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N Z Med J. 2007 Dec 14;120(1267):U2866.

Punitive parenting practices of contemporary young parents.

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Canterbury Child Development Research Group, Department of Psychology, University of Canterbury, Christchurch, New Zealand.



To describe the punitive parenting practices of a cohort of young (<25 years) New Zealand parents and to examine the life course risk factors that placed these parents at increased risk of severe child physical punishment/abuse.


The data were gathered as part of the Christchurch Health and Development Study. At age 25, all respondents who had become a parent were interviewed about their parenting practices and family circumstances, including an assessment of child physical punishment/abuse using the Parent-Child Conflict Tactics Scale. The present analysis was confined to those young parents (n=155) who were living full-time with their children at the time of assessment.


Amongst this high-risk group of young parents, 77% reported having physically punished a child and almost 12% reported having severely physically assaulted a child in the past year. Although higher rates of child physical punishment were reported for parents of older children, a substantial proportion of parents reported having physically disciplined an infant (37%) or preschooler (84%) in their care. Risks of severe physical punishment/abuse were greatest amongst those young parents from lower socioeconomic status family backgrounds whose own parents were controlling, restrictive, and over-protective, and who (as young adult parents) were responsible for the care of larger numbers of children under conditions of socioeconomic and family functioning stress.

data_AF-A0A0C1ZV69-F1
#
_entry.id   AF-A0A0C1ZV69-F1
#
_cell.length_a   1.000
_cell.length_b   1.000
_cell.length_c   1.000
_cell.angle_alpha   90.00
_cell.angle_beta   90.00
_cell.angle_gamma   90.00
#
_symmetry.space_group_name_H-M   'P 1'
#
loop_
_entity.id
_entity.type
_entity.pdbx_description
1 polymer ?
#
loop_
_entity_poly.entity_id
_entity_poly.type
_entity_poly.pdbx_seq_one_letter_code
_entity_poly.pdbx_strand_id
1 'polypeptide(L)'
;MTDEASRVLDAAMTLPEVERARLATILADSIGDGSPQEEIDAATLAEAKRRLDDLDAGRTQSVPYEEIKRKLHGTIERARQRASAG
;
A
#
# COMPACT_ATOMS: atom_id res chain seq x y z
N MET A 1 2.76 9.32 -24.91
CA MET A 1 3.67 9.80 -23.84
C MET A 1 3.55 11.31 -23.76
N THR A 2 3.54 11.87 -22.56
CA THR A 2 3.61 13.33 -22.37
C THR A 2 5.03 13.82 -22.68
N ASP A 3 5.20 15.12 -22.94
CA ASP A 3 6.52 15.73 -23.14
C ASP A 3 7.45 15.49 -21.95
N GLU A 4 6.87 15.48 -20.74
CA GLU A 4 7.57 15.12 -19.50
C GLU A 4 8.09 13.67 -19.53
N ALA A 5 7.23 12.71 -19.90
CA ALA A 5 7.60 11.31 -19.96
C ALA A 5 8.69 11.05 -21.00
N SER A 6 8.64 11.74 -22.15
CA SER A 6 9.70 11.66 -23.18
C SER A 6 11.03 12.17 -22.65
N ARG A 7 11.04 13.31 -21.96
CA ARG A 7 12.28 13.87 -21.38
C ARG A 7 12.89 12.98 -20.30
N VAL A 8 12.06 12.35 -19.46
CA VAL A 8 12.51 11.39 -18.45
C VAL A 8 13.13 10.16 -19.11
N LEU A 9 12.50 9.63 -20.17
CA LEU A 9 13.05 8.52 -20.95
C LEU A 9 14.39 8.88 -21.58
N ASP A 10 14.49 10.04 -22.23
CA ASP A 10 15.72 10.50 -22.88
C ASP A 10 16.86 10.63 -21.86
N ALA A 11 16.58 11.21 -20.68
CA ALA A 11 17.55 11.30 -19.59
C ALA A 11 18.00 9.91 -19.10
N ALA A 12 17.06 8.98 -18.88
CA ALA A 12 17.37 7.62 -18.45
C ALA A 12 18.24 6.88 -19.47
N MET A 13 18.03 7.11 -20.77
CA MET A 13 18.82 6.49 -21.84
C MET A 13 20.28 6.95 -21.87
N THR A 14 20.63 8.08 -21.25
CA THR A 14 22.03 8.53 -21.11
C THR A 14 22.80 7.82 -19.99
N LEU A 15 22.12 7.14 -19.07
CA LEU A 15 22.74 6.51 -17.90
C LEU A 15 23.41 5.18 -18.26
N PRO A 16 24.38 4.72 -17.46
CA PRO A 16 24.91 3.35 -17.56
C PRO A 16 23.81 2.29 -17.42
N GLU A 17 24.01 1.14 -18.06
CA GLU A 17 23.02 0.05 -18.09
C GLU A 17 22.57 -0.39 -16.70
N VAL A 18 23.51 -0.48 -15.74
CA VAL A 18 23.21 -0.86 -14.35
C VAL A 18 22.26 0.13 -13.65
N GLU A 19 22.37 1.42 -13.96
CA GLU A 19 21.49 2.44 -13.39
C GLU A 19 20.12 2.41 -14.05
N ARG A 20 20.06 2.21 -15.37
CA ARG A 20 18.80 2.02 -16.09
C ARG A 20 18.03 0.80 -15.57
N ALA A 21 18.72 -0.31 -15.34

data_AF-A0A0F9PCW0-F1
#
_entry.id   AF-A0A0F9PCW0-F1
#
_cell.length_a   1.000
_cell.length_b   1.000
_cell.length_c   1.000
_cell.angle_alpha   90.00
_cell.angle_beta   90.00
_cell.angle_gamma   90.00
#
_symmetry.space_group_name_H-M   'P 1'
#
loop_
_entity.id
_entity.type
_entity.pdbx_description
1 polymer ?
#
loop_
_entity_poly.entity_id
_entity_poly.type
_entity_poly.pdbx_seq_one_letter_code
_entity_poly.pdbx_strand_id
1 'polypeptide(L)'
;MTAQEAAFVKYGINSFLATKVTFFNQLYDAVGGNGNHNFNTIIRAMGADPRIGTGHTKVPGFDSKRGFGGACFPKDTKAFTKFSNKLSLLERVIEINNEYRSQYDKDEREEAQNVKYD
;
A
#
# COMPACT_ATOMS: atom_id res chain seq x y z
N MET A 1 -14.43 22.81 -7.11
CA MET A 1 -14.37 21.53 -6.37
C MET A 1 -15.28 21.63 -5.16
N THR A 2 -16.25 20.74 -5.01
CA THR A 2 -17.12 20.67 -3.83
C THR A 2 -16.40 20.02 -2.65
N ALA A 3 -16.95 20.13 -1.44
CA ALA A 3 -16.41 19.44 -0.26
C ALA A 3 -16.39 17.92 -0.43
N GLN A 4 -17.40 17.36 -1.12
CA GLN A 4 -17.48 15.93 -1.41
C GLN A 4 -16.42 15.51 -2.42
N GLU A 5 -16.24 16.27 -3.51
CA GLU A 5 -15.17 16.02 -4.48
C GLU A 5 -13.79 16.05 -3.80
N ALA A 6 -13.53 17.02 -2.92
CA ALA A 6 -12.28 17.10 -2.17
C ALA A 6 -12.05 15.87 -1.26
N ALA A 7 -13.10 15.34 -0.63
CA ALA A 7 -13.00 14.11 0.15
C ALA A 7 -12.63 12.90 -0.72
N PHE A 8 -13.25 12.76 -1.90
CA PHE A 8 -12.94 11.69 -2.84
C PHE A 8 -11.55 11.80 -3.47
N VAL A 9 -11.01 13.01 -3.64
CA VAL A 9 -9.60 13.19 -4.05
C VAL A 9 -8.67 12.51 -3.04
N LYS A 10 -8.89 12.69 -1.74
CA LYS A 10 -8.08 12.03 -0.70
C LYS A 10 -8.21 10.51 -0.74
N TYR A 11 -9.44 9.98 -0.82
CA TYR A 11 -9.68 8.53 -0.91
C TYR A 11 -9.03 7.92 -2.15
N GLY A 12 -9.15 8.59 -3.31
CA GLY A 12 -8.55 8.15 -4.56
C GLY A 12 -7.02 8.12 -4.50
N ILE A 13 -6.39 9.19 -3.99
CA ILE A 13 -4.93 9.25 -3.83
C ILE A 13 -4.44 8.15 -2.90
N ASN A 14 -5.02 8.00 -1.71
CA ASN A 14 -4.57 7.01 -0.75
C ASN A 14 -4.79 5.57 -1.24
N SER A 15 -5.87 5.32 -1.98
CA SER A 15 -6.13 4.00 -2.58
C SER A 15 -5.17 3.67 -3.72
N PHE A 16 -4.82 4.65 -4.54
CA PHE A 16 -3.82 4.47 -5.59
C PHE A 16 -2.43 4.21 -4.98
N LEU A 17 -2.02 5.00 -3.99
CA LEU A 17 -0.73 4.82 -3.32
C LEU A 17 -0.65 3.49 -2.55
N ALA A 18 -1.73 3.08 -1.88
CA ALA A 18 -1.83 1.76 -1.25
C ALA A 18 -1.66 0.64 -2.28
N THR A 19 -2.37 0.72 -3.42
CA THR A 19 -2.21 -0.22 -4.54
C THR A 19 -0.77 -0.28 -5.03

The use of physical punishment and more severe forms of physical assault/abuse are relatively common amongst contemporary young parents. Implications of study findings for social policy aimed at reducing levels of family violence in New Zealand are considered.

[Indexed for MEDLINE]

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